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I am in the process of building a super simple CMS to handle smaller "static" page type projects (e.g. - small sites for friends). I have different "page types" that I would like to add. I built something similar in Coldfusion previously. Looked something like this:

table content_type:

content_type_code varchar(10)

table content:

content_type_code varchar(10)

I would create a content type called "blog" or "photo" and each time a content was added, it'd get assigned the content_type_code. Then in /blog/ I'd query for all content that had a content_type_code of "blog".

Now that I'm using Ruby/RoR I am trying to think about things differently. I was thinking a better way might be to use nested pages with awesome_nested_set (https://github.com/collectiveidea/awesome_nested_set). But I'm not sure if that's the best solution.

Then I could create a page called "blog" and add to that many pages. So essentially the top level would take place of the "content_type" from my previous example.

Can someone steer me in the right direction on what the best method would be? I'm a newb looking for a kick in the right direction.


I should add that the only real thing that I would change between the different "types" of content would be the layout and where they are displayed ("photo" content at /photos/, "blog" content at /blog/).

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Prefixing every column with the table name is ugly and frowned upon in the Rails community. Table aliases are there for a reason, use those. – ryeguy Nov 29 '10 at 21:01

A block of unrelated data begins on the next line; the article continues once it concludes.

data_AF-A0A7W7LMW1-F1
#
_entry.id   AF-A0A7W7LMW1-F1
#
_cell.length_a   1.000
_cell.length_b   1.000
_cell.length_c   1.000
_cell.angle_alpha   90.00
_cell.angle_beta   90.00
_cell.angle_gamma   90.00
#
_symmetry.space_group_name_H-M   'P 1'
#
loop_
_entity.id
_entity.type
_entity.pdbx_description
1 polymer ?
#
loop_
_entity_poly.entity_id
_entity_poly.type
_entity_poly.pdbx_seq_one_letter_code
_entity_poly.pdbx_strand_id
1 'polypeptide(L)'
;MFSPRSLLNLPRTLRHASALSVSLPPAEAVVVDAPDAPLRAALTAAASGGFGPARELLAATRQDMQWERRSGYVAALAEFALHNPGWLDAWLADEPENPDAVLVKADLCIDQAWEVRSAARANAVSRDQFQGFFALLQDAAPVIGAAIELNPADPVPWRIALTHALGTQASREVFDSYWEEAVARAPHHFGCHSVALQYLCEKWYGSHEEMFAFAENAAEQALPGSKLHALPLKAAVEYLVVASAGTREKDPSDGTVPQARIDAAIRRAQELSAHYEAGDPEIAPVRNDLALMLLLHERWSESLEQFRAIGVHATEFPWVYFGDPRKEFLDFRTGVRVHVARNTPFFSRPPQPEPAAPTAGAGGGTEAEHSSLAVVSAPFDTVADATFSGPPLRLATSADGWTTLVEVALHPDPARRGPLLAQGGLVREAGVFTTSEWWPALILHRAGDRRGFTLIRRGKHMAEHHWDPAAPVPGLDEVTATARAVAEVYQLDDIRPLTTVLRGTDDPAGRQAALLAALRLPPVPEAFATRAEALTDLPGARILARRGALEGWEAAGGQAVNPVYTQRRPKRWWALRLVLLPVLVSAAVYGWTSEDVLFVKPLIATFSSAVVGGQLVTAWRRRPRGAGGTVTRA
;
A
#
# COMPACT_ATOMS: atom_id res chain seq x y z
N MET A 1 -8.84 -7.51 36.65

The table examples were from the previous app built in Coldfusion. – jyoseph Nov 29 '10 at 22:01
up vote 2 down vote accepted

I try to recap:

  1. You want to build a CMS
  2. Your CMS manages a single web site
  3. A web site is made of content
  4. There are differenti type of contents, and I am assuming every type of content has its own behaviour
  5. Contents are organized in a tree

Here is the plan I suggest you:

  1. Create the Content resource; use the scaffold to have something already working, adding few field (title and body in example)
  2. Add validations to your new model
  3. Write a couple of unit tests against your validation (quite useless, just to see how it works)
  4. Install awesome_nested_set and manage to make it working with your model
  5. Work on the UI to make it quite easy to create new content, move content around, edit a single content
  6. Now its time to implement the content types; STI is the Rails way, but I have to warn you it can be really hard. I suggest you to reiterate 1, 2, 3, 5 to create new models for Photo and BlogPost

Once you will be there, you will have hundreds of ideas to implement. Have fun :)

share|improve this answer
Awesome, this is the first time I've heard of STI. I think that might be the way to go because there is really no difference between the attributes of each class (hope I said that right). The main difference is how they will be displayed. For example all "photo" contents I would want to be accessible at "/photos/" and have a diff layout. All blog contents I would want to access at "/blog/" and have a diff layout, etc. – jyoseph Nov 29 '10 at 22:30
Drawing new routes in routes.rb and writing some custom actions will do the trick. – lbz Nov 29 '10 at 22:36
Right on, thanks for the thorough answer. The STI link you gave linked to another article that also really helped. Thanks a lot! – jyoseph Nov 29 '10 at 22:46

Instead of using content_type I would rather let the user choose a model on a selection page, like "photo" or "blog" and load an editing page based on that selection. So the user wants a new 'blog'-entry they get redirected to blog/new or 'photo' for photo/new. It's the easiest way to go in terms of usability and your controlling backend and you don't have redundant data (for example an empty photo url which is not necessary in a blog-type) in your database.

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